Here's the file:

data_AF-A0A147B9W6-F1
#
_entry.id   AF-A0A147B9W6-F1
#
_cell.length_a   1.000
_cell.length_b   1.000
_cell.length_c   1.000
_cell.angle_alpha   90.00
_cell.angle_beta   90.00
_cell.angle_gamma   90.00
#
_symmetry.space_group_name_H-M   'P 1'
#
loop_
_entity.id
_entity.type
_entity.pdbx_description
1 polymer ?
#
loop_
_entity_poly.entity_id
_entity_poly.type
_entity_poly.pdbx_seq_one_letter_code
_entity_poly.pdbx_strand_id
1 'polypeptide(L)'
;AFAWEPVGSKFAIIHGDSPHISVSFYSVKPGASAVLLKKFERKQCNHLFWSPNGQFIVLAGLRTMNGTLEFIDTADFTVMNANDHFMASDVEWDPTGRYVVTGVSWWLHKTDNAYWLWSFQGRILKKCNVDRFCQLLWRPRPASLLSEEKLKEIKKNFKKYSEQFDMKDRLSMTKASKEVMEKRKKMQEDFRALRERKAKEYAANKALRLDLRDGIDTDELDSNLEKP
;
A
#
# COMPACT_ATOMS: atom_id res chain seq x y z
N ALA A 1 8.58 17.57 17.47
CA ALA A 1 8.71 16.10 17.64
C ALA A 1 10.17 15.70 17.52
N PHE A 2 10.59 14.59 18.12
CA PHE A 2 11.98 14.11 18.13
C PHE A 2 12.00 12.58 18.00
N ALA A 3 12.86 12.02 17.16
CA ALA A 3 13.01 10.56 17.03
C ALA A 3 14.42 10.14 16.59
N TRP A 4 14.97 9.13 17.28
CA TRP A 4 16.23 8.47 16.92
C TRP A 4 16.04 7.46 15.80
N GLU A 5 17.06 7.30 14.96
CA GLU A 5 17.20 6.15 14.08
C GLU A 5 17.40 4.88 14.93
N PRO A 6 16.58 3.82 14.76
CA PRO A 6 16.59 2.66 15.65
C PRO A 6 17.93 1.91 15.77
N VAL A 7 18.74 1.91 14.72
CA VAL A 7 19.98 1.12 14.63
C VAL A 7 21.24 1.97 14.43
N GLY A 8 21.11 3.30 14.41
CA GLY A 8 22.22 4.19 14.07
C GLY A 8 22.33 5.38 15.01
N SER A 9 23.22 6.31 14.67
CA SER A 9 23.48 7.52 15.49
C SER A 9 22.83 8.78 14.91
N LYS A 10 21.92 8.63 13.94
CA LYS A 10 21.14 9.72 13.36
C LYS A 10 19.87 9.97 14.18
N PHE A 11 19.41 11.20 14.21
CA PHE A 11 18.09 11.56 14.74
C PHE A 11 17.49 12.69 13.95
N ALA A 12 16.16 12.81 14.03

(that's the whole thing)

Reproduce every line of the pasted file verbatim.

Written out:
data_AF-A0A147B9W6-F1
#
_entry.id   AF-A0A147B9W6-F1
#
_cell.length_a   1.000
_cell.length_b   1.000
_cell.length_c   1.000
_cell.angle_alpha   90.00
_cell.angle_beta   90.00
_cell.angle_gamma   90.00
#
_symmetry.space_group_name_H-M   'P 1'
#
loop_
_entity.id
_entity.type
_entity.pdbx_description
1 polymer ?
#
loop_
_entity_poly.entity_id
_entity_poly.type
_entity_poly.pdbx_seq_one_letter_code
_entity_poly.pdbx_strand_id
1 'polypeptide(L)'
;AFAWEPVGSKFAIIHGDSPHISVSFYSVKPGASAVLLKKFERKQCNHLFWSPNGQFIVLAGLRTMNGTLEFIDTADFTVMNANDHFMASDVEWDPTGRYVVTGVSWWLHKTDNAYWLWSFQGRILKKCNVDRFCQLLWRPRPASLLSEEKLKEIKKNFKKYSEQFDMKDRLSMTKASKEVMEKRKKMQEDFRALRERKAKEYAANKALRLDLRDGIDTDELDSNLEKP
;
A
#
# COMPACT_ATOMS: atom_id res chain seq x y z
N ALA A 1 8.58 17.57 17.47
CA ALA A 1 8.71 16.10 17.64
C ALA A 1 10.17 15.70 17.52
N PHE A 2 10.59 14.59 18.12
CA PHE A 2 11.98 14.11 18.13
C PHE A 2 12.00 12.58 18.00
N ALA A 3 12.86 12.02 17.16
CA ALA A 3 13.01 10.56 17.03
C ALA A 3 14.42 10.14 16.59
N TRP A 4 14.97 9.13 17.28
CA TRP A 4 16.23 8.47 16.92
C TRP A 4 16.04 7.46 15.80
N GLU A 5 17.06 7.30 14.96
CA GLU A 5 17.20 6.15 14.08
C GLU A 5 17.40 4.88 14.93
N PRO A 6 16.58 3.82 14.76
CA PRO A 6 16.59 2.66 15.65
C PRO A 6 17.93 1.91 15.77
N VAL A 7 18.74 1.91 14.72
CA VAL A 7 19.98 1.12 14.63
C VAL A 7 21.24 1.97 14.43
N GLY A 8 21.11 3.30 14.41
CA GLY A 8 22.22 4.19 14.07
C GLY A 8 22.33 5.38 15.01
N SER A 9 23.22 6.31 14.67
CA SER A 9 23.48 7.52 15.49
C SER A 9 22.83 8.78 14.91
N LYS A 10 21.92 8.63 13.94
CA LYS A 10 21.14 9.72 13.36
C LYS A 10 19.87 9.97 14.18
N PHE A 11 19.41 11.20 14.21
CA PHE A 11 18.09 11.56 14.74
C PHE A 11 17.49 12.69 13.95
N ALA A 12 16.16 12.81 14.03